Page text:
The problems will only be solved by letting all the sides fight it out – as they have continued to do on and off since the 10th century (give or take a century). And will continue to do long after we are gone. It’s the height of arrogance to think a Christian army in the middle of Arabia (and a USA army to boot) doesn’t have some strong historical significance that invites immediate hatred from the people in the region. Frankly I can’t think of one thing more destabilizing than having an army of Christians in the middle of Arabia.

    Why is it so hard for some responsible politicians (and so many of our uninformed citizens) to admit we made a huge mistake, get the troops out, and start proceedings to have a genuine investigation to uncover all the facts? How did something like this happen? Once we uncover the facts we start charging people with crimes, once they are convicted we put them in jail.

    Getting our troops out isn’t rocket science and doesn’t require a lot of discussion, we screwed up, the whole world knows we screwed up – we have no “face” we’re going to lose, we already lost it. Stating that we need to get out with care is simply asinine – did we get in with care? I don’t see what the problem is with saving 2 $Trillion and so many lives.

  • TheMiddle

    Im a left-leaner, no doubt, but I’ll give you points. I suppose my response is this: Terrorism, has and will exist. It will exist regardless of whether we are in Iraq, It will exist whether we are in Afghanistan. It currently exists in Iran, Syria, Libya, Palentine, Lebanon, etc… If we operate on the notion that we must attack terrorism wherever it exists, we’ll be fighting a global battle against an unseen, untraceable, military.

    Now for my response. I can’t claim any actual military time, I did however study leadership and tactics at a prominent military high school in Minnesota, St. Thomas Academy, a school which holds the distinction of having sent more students to Military Academies than any other school in the nation. I’m also a huge military geek myself. With that being said:

    Terrorism is whats called asymmetrical warfare – a situation where one side changes the rules of the military game by fighting in an unconventional way in order to counter a superior military force. Nearly any 15 year old could tell you its the same philosophy that largely led to our independence. Yes, we fielded armies of the field, but we also pioneered many of the same tactics that are now being used against us. Urban warfare, hit and run, kidnapings. These are all strategies any military commander has learned about and is well versed in. The problem is that were countering that fighting force of our enemies in an awful way. Let me say this to be perfectly clear WE CANNOT DEFEAT TERRORISM WITH CONVENTION WARFARE. We could put a million troops on the ground, deploy the entire Navy, fly thousands of sorties via air and still not make a dent – it just wont work.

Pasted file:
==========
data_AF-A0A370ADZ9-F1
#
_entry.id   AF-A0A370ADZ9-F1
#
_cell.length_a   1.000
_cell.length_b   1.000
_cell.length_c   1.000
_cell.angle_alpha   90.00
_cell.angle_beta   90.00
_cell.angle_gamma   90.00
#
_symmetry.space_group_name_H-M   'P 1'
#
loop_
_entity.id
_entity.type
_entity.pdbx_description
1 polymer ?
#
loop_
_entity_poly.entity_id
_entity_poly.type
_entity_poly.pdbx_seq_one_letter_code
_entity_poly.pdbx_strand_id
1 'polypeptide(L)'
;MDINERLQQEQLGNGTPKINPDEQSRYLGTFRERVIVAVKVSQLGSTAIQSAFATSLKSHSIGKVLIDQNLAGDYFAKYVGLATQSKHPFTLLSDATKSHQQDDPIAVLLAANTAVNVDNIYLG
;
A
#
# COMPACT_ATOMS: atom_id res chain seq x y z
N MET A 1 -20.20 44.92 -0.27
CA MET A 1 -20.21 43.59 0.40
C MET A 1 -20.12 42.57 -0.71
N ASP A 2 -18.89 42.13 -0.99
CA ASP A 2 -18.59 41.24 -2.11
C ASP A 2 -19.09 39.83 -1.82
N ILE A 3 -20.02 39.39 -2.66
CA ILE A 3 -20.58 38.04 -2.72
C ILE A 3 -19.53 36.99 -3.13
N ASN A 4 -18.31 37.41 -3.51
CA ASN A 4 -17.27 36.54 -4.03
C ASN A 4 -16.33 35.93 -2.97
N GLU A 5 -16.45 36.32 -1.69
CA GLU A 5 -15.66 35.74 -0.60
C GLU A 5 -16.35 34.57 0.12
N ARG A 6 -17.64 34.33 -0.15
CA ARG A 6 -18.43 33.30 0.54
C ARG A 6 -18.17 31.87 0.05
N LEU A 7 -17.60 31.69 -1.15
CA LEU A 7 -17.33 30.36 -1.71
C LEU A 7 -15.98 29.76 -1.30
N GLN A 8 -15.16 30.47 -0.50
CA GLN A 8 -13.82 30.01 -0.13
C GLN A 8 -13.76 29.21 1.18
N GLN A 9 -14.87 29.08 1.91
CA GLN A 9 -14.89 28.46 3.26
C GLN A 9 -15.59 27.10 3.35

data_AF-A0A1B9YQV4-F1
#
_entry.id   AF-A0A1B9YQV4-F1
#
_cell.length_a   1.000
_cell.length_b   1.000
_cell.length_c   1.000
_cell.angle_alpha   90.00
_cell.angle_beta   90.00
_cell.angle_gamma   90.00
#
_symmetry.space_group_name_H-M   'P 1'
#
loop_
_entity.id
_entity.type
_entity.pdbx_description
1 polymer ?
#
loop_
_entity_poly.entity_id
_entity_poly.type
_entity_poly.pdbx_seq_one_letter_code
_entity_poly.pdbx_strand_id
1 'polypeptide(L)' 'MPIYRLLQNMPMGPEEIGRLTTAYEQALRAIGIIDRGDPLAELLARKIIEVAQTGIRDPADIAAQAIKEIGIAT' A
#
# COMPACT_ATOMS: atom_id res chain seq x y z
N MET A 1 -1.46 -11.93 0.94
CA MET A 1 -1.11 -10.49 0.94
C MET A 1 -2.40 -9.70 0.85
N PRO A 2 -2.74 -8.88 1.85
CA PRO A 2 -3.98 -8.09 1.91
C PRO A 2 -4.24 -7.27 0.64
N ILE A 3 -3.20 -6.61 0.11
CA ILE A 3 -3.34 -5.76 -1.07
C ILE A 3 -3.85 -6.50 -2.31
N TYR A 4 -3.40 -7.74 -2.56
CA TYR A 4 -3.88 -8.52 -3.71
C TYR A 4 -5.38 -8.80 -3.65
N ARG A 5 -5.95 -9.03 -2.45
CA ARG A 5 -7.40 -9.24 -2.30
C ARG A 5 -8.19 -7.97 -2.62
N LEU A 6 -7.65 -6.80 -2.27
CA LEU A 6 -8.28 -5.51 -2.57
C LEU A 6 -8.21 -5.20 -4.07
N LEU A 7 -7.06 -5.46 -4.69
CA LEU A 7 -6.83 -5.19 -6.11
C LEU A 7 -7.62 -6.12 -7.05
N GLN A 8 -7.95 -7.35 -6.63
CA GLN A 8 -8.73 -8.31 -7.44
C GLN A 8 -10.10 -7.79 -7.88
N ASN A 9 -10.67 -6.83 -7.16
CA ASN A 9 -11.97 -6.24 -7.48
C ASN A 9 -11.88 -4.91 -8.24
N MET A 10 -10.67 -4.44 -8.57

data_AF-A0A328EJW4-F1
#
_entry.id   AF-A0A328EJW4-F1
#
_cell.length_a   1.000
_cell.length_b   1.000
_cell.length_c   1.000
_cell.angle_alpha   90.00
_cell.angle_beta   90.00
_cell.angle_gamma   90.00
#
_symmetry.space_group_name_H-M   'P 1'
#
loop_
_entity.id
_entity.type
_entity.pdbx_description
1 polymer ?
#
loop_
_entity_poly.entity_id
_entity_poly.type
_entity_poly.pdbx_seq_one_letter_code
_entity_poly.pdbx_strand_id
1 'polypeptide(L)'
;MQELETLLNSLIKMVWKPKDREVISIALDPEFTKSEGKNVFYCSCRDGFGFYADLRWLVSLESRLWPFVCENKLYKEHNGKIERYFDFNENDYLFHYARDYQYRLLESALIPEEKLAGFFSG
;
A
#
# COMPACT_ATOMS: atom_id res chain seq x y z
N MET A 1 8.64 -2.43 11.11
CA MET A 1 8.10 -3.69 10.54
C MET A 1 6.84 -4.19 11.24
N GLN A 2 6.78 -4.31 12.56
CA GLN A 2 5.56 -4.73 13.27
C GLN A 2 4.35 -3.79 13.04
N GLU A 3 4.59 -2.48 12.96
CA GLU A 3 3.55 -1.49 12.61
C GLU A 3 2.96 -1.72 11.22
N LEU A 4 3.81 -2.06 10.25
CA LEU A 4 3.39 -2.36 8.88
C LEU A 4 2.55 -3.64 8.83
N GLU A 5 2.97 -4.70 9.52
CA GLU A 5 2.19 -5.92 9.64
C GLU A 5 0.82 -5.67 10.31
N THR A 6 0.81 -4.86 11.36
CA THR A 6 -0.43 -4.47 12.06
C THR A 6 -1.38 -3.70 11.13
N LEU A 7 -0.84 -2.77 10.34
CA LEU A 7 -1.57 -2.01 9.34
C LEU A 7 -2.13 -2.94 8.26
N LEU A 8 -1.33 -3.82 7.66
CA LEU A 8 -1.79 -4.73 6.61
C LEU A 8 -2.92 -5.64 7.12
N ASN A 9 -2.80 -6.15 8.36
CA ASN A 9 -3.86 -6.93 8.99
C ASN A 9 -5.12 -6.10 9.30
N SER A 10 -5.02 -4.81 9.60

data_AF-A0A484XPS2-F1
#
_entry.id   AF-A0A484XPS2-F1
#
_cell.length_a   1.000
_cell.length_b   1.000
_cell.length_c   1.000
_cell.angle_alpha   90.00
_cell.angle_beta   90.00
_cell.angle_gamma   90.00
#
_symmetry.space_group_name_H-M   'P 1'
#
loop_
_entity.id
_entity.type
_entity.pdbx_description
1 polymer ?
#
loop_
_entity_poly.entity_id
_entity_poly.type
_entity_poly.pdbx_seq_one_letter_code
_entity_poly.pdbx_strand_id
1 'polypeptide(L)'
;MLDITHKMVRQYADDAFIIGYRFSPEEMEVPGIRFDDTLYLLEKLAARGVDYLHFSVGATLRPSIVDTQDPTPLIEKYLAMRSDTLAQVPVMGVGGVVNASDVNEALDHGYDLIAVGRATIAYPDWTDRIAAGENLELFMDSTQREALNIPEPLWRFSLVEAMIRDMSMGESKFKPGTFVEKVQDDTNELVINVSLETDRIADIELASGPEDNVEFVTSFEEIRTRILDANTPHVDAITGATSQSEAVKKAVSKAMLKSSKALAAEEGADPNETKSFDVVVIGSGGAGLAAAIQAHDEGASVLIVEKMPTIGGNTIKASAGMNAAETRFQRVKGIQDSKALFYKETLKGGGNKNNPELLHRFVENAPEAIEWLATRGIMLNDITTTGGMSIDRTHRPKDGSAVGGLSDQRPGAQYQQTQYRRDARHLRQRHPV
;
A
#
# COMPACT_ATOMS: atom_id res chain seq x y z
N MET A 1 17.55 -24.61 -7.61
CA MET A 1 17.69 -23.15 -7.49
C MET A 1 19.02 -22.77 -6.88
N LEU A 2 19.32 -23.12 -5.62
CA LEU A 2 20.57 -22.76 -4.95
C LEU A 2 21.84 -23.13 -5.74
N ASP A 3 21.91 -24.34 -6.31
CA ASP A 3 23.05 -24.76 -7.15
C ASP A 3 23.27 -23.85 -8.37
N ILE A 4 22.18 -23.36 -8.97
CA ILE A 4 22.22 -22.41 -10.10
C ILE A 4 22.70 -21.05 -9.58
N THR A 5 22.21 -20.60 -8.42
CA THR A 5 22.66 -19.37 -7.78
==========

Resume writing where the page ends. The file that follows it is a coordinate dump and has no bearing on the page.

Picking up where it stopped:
We need to begin fighting fire with fire. Withdraw the majority of our conventional military forces which are simply easy targets, and expensive ones at that. Begin training CIA operatives and start making targeted killings against leadership targets. Actually utilize our special forces. Take them out of uniform and make the enemy play by their own rules – I promise we can be a helluva lot more effective at it than they can.

    Second, this notion that fighting a war in Iraq, or any far flung corner of the world for that matter, somehow makes us safer domestically is one of the most lunatic ideas I’ve ever heard. If I really wanted to I could go out today, and make a fertilizer bomb, pair with a detonator, stick it in the back of my car, and drive it into a building – like of I dont know, the Lockheed facility here in town or the Mall Of America, or the IDS tower. And it would be SIMPLE. I simply dont buy into the notion that a few well guys cant sneak into our country, and attack us (and no, tighter border regulations wont help – if a well trained, determined individual or group wants in, they’re getting in). Committing 140K troops in Iraq doesn’t defeat that, not by a long shot.

    So why not save ourselves the money, train up our own guys and begin hitting these SOB’s where they train. I promise, they’ll have more difficulty dealing with a shadow enemy they can’t find hanging out at a stationary outpost down the block. We’d do well to take heed of the Israeli military’s strategy.

    Yeah, McCain caught Barack in a tough situation here, but do either of these guys actually have a clue how to defeat terrorism? Give me a break! Barack thinks we’re better off saving the 1.2 trillion a year and investing it here – he’s right. McCain thinks a surge of 5 battalions will help – he’s wrong, it just drives us further into debt. I know he’s quick to claim, along with our President that the surge is responsible for the quelling of the violence, but top commanders there know and acknowledge it has a helluva lot more to do with the ceasefire that many of the warring parties have been adhering to. That didn’t happen because we sent another 40K troops in.